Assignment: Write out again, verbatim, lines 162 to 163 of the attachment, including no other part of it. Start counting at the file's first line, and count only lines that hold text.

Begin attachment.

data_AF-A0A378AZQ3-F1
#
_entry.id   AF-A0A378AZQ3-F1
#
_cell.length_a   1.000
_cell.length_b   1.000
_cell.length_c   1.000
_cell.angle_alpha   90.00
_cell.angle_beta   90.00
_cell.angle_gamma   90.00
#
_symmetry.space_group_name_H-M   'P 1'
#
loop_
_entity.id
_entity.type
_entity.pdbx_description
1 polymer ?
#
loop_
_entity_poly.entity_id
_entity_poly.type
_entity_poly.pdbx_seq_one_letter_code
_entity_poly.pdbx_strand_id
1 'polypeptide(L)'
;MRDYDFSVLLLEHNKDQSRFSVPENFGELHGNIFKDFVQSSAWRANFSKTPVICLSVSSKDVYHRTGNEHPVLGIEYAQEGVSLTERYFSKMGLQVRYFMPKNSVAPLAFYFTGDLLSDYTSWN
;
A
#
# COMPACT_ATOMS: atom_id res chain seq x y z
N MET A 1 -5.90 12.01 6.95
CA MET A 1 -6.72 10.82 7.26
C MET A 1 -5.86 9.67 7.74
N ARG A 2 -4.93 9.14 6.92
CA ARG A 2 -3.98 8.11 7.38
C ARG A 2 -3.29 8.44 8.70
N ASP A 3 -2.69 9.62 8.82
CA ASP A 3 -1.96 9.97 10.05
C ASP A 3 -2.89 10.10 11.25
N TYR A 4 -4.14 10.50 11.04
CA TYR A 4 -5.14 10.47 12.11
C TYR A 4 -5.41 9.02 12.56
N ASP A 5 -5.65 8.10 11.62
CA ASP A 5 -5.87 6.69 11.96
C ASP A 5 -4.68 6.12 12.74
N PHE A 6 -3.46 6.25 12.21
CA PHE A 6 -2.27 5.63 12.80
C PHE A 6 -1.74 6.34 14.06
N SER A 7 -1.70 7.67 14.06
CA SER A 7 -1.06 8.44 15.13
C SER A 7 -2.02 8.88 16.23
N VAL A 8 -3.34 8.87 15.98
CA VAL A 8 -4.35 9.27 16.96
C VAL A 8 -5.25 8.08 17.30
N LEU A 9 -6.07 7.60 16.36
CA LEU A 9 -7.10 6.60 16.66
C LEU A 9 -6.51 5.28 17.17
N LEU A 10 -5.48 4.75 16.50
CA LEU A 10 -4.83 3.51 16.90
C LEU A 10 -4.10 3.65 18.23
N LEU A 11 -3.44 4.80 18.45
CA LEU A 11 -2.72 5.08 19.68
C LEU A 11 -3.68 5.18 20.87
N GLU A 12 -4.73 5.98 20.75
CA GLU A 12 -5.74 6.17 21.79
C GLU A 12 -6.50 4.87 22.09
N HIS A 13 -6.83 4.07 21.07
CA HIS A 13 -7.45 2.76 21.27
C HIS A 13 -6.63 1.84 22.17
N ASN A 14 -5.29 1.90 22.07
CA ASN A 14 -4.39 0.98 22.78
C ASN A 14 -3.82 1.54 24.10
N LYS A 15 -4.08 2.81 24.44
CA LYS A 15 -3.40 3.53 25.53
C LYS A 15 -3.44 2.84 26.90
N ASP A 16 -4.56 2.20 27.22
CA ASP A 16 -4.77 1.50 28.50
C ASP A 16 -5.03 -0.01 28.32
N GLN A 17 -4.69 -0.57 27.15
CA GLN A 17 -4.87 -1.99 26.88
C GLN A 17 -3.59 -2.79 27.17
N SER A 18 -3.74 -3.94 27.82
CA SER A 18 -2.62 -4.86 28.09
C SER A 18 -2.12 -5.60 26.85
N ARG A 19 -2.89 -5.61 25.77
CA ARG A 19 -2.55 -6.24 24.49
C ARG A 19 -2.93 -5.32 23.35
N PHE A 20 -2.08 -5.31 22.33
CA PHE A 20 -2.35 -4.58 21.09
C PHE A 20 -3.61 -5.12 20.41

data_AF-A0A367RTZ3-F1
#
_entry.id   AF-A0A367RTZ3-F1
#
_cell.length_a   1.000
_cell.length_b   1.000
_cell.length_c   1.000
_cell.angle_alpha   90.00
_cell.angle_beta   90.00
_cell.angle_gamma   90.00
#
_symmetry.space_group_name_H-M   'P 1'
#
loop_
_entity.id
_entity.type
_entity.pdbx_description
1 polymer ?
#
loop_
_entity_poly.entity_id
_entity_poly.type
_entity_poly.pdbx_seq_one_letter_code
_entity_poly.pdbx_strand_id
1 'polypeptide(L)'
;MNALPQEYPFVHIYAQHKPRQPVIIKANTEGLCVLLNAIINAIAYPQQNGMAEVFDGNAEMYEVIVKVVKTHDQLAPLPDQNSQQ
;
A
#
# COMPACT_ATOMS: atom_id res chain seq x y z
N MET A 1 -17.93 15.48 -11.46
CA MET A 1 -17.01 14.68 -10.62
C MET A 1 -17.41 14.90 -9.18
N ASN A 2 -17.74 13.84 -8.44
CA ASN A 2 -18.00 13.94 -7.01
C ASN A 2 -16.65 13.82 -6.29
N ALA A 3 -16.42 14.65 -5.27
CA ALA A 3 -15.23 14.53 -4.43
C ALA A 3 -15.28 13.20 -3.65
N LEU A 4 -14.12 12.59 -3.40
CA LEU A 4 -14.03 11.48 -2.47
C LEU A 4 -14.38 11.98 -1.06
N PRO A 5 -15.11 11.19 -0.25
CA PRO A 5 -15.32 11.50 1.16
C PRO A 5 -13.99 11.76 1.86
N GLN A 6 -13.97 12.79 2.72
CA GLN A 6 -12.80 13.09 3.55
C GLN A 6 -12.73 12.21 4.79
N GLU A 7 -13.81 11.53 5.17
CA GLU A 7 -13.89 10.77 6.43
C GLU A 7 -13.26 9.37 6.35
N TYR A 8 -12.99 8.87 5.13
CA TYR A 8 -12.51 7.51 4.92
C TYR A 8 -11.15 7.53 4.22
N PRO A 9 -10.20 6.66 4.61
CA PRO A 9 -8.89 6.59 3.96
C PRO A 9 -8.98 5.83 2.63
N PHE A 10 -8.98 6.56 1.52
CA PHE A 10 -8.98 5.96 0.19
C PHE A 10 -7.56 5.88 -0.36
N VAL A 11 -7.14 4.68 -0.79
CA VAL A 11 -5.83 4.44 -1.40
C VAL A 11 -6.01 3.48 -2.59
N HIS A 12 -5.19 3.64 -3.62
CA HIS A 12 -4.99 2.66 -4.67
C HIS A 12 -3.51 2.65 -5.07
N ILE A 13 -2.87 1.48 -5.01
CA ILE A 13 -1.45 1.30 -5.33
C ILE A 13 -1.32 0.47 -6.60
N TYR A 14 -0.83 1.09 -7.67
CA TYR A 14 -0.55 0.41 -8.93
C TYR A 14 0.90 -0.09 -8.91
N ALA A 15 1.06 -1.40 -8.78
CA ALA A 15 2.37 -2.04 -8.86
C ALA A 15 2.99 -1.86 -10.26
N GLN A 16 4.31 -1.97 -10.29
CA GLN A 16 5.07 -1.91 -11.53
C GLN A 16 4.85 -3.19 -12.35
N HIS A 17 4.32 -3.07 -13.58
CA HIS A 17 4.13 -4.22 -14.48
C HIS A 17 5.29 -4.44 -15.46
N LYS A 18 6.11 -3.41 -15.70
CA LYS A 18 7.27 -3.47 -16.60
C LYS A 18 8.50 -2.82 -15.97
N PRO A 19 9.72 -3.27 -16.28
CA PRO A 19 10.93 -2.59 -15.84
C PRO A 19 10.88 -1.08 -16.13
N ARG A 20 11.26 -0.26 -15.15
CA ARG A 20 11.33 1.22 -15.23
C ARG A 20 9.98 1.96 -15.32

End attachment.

C TYR A 14 0.90 -0.09 -8.91
N ALA A 15 1.06 -1.40 -8.78